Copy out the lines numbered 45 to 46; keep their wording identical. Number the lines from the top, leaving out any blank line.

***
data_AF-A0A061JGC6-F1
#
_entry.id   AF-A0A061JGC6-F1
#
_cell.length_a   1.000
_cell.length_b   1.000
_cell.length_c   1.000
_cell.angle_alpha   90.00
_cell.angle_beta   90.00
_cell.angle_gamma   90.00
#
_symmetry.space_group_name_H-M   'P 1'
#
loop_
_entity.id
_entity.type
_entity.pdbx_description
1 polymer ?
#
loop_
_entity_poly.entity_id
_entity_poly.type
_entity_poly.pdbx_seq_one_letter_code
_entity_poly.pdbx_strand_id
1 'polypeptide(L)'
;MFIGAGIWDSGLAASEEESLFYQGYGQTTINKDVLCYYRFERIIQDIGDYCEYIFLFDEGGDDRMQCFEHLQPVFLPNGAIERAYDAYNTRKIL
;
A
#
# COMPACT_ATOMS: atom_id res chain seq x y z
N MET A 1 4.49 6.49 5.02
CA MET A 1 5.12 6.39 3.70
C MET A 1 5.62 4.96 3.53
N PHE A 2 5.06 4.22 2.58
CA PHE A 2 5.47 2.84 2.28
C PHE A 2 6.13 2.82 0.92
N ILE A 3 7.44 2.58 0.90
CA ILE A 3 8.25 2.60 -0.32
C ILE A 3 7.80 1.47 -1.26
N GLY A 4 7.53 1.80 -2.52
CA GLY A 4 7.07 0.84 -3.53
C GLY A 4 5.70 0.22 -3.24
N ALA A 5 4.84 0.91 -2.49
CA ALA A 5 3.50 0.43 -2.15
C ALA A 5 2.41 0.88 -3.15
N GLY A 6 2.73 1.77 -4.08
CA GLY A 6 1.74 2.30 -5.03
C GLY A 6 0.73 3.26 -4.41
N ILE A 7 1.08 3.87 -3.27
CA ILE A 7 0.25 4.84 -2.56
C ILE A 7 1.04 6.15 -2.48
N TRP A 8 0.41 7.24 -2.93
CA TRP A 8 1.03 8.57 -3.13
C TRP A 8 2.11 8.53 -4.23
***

C ALA A 5 2.41 0.88 -3.15
N GLY A 6 2.73 1.77 -4.08